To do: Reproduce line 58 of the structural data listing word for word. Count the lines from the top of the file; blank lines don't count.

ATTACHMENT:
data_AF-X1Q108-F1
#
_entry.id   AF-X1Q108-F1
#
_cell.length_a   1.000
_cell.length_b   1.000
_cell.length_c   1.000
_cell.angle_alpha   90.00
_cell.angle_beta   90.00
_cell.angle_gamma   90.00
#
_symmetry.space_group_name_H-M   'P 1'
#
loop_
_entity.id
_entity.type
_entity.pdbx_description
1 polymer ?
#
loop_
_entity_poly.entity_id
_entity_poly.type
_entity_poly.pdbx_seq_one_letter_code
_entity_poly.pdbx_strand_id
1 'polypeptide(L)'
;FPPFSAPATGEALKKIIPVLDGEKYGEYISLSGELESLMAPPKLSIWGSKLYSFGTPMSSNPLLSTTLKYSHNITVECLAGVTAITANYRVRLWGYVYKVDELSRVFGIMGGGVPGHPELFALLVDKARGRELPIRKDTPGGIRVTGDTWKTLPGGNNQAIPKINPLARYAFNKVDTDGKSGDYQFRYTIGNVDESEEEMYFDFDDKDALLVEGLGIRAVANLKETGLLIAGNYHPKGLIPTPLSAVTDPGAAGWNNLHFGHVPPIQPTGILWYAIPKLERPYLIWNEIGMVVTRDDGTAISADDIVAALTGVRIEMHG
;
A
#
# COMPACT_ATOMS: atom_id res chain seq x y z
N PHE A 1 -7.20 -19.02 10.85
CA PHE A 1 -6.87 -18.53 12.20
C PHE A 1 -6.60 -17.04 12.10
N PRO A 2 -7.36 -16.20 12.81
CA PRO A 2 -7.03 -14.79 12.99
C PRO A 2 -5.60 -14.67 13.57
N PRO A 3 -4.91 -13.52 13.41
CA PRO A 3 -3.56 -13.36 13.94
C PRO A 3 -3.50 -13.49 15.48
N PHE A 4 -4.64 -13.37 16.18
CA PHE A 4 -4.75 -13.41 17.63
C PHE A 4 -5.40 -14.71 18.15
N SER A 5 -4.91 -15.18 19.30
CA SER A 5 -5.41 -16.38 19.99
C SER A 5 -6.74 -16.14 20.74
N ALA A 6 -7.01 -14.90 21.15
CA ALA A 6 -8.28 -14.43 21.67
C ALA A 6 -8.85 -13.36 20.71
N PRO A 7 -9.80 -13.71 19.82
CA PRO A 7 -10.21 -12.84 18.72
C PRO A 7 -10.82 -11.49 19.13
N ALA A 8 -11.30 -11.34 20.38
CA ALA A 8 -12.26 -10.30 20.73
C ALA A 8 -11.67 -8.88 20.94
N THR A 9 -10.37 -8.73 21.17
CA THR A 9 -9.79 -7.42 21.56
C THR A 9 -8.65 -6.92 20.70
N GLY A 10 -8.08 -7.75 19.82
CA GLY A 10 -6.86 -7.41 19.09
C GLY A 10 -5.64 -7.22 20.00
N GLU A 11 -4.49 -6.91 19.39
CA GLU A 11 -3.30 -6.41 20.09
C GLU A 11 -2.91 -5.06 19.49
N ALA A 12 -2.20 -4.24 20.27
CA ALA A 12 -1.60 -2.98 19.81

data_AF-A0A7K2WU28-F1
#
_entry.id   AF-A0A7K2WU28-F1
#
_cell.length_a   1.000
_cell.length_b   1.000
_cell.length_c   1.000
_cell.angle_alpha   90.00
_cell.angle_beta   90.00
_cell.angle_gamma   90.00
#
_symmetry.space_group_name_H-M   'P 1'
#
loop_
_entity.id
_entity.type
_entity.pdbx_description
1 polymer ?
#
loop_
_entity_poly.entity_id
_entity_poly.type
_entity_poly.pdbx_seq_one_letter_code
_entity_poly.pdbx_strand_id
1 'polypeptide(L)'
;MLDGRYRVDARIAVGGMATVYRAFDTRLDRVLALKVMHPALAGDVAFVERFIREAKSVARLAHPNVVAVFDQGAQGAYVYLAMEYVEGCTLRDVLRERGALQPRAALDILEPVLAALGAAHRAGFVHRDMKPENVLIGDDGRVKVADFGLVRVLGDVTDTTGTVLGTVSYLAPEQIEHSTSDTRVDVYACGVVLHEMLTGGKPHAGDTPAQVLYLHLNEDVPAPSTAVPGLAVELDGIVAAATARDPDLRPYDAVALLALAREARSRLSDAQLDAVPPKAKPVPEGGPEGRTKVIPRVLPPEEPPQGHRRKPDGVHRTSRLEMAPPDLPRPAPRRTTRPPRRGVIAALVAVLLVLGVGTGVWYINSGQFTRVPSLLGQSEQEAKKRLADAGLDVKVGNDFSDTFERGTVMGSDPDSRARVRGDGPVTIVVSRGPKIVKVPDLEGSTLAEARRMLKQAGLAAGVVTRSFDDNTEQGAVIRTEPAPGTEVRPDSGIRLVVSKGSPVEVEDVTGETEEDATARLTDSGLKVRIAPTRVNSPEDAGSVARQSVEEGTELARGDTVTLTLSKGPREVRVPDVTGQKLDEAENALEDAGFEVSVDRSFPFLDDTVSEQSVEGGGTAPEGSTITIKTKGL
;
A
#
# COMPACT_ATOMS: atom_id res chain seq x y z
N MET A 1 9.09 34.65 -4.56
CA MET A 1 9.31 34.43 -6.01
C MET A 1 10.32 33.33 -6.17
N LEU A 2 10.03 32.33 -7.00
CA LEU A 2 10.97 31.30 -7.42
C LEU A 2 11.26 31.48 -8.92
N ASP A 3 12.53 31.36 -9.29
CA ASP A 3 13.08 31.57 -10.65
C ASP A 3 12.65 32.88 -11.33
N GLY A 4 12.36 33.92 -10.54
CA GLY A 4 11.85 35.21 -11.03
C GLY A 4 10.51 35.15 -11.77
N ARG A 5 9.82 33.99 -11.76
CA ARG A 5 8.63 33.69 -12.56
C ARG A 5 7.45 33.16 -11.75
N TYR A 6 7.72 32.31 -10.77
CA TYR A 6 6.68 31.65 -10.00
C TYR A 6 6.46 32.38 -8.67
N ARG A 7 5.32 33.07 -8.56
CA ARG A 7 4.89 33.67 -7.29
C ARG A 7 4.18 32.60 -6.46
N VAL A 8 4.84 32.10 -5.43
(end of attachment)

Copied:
N GLY A 10 -8.08 -7.75 19.82